Generally, drought-free conditions continued across the Mariana Islands this week. Wet conditions continued at Rota, which received 3.86 inches of rain this week. This week’s report on Saipan shows rainfall amounts observed on IAP (manual gauge), ASOS, and NPS of 2.94, 0.76, and 0.37 inches, respectively. Similarly, Guam received 5.75 inches of rain to remain drought free. In contrast, even though July and August were wet months (14.16 and 10.55 inches of rain, respectively), drier conditions prevailed at Saipan in the past two weeks (i.e., only 0.03 and 0.02 inches of weekly rain were reported).

Short- and long-term moderate drought continued this week on Kapingamarangi, where 0.78 inches of rain was reported. Wet conditions have prevailed at Pohnpei in the past few months. This week, only 1.48 inches of rain was reported (with one day missing). On Pingelap, 3.45 inches of rain was reported this week, resulting in a continuation of wet conditions. On Yap, only 1.47 inches of rain was reported (with one day missing). Even though the past few months were wet at Yap, drier conditions prevailed in the past three weeks (0.03 to 1.6 inches of rain reported), leading to short-term abnormal dryness. On Ulithi, dry conditions prevailed in the past four weeks (i.e., 0.65”, 0.90”, and 0.49” of rain reported in the past three weeks). This week, only 0.93 inches of rain (with one day missing) was reported, so short-term abnormally dry conditions remained. The rainfall reported at Woleai this week was 0.90 inches with one day missing. Because Woleai had wet conditions in last week (i.e., 2.58 inches), it remained free of dryness. At Chuuk, only 0.56 inches of rain was observed this week with one day not yet accounted for. However, Chuuk reported 4.35 and 5.31 inches of rain in the last two weeks, respectively, and remained free of dryness. Dryer than normal conditions were observed in the past few weeks at Lukunor. This week only 0.12 inches of rain was reported on Lukunor (with two days not yet accounted for), resulting in continuation of short-term abnormal dryness. On Nukuoro, only 0.70 inches of rain was reported this week, with one day missing. However, Nukuoro remained free of drought or abnormal dryness since 5.12 inches of rain was reported last week. No depiction was made for Fananu, as data from there are missing.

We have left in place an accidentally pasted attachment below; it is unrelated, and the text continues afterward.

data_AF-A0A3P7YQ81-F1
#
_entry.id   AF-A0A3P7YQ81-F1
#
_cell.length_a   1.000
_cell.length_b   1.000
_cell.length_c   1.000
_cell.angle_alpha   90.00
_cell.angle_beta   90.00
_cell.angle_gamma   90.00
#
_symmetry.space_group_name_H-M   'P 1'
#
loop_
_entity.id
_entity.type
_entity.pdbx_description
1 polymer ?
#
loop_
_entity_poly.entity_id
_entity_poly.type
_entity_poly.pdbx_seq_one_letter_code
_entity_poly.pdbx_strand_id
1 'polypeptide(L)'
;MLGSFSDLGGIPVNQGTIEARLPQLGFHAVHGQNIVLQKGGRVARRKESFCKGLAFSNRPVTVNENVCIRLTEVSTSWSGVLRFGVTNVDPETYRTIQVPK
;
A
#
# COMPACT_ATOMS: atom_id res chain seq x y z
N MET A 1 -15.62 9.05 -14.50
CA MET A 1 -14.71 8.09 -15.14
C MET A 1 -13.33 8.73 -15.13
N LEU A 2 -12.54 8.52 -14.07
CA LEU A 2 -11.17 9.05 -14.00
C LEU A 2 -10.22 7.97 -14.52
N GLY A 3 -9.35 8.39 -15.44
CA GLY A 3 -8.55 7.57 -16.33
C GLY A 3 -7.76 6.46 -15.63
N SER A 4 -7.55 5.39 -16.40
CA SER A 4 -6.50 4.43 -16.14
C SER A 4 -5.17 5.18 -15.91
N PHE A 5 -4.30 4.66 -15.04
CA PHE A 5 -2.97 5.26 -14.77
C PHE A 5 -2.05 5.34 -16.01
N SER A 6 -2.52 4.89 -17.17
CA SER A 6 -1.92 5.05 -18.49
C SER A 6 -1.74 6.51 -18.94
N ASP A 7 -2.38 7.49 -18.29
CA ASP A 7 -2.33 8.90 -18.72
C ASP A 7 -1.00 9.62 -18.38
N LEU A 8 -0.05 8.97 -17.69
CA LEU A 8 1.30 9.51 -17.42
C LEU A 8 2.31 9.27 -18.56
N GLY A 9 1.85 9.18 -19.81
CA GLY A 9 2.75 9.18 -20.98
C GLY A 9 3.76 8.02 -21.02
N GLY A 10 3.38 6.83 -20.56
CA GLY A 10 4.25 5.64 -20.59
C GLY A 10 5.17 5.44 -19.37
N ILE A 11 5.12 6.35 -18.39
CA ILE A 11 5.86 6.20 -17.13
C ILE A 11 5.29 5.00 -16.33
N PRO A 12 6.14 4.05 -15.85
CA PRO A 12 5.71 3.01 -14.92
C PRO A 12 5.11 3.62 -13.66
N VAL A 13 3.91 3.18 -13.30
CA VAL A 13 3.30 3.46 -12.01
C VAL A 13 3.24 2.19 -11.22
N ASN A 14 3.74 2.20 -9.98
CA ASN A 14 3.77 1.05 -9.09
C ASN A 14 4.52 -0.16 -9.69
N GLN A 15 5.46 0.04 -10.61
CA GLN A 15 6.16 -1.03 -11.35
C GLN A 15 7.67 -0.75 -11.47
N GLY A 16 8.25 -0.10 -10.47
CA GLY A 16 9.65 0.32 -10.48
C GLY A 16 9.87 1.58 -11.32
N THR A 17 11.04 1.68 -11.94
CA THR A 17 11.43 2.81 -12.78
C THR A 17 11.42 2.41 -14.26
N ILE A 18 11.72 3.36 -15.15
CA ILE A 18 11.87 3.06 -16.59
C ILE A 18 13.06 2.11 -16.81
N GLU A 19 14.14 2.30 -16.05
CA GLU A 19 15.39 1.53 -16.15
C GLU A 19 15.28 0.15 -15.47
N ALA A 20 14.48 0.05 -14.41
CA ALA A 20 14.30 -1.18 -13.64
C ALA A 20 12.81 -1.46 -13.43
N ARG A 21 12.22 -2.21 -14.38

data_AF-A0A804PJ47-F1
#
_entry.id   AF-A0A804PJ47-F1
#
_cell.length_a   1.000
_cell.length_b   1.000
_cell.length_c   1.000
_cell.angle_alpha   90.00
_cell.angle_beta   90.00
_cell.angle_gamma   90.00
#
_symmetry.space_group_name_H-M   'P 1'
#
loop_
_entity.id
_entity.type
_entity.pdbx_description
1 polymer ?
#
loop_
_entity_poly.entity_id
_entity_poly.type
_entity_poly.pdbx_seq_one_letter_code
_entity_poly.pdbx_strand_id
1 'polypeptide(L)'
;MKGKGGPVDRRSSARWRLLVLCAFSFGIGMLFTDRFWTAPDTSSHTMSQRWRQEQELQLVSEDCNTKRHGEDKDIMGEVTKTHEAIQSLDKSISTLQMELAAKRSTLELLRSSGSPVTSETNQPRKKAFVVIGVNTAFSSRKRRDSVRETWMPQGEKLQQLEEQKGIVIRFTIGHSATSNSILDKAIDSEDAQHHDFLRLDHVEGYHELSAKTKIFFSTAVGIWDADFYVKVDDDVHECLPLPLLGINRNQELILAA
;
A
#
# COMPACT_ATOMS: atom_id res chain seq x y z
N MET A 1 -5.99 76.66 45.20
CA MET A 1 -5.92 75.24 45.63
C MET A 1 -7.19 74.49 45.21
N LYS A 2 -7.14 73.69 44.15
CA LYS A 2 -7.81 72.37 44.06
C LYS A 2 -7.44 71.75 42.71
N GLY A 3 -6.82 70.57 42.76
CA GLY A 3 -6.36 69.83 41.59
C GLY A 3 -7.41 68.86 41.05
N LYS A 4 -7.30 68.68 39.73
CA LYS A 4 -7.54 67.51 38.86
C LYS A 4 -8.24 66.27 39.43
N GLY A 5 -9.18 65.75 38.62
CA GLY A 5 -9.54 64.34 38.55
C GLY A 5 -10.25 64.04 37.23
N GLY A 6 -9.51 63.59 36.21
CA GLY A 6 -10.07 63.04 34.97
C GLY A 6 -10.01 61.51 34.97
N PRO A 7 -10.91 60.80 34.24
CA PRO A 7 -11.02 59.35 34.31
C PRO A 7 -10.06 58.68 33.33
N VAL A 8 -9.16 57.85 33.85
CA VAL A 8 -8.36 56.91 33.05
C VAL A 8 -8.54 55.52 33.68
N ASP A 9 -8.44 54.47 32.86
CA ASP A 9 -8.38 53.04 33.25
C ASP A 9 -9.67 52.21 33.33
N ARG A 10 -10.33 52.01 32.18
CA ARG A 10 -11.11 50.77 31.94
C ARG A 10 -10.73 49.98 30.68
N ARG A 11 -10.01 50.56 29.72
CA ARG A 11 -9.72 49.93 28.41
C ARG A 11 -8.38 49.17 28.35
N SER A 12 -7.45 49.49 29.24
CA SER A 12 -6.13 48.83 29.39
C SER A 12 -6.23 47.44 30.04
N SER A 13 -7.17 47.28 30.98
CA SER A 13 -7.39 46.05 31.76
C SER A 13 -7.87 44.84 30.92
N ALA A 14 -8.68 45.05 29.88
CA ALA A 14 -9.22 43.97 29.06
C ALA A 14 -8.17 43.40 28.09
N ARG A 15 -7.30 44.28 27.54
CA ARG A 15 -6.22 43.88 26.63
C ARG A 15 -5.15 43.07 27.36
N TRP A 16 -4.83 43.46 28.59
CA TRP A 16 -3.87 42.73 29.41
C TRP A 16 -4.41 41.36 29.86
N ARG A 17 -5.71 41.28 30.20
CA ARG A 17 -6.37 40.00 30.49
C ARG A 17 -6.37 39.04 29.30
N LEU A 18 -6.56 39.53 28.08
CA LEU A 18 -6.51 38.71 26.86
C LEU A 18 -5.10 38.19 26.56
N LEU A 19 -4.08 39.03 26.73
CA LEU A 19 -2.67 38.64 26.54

Most of the Marshall Islands remained free of drought or abnormal dryness this week, except for Wotje. On Wotje, 1.78 inches of rain was reported this week. In addition, it has been dry in the past two weeks (i.e., 1.79 inches of rain last week and no rain a week before), leading to the development of abnormal dryness. Majuro and Mili both had wet two-week periods, with 2.63 and 3.58 inches of rain, respectively.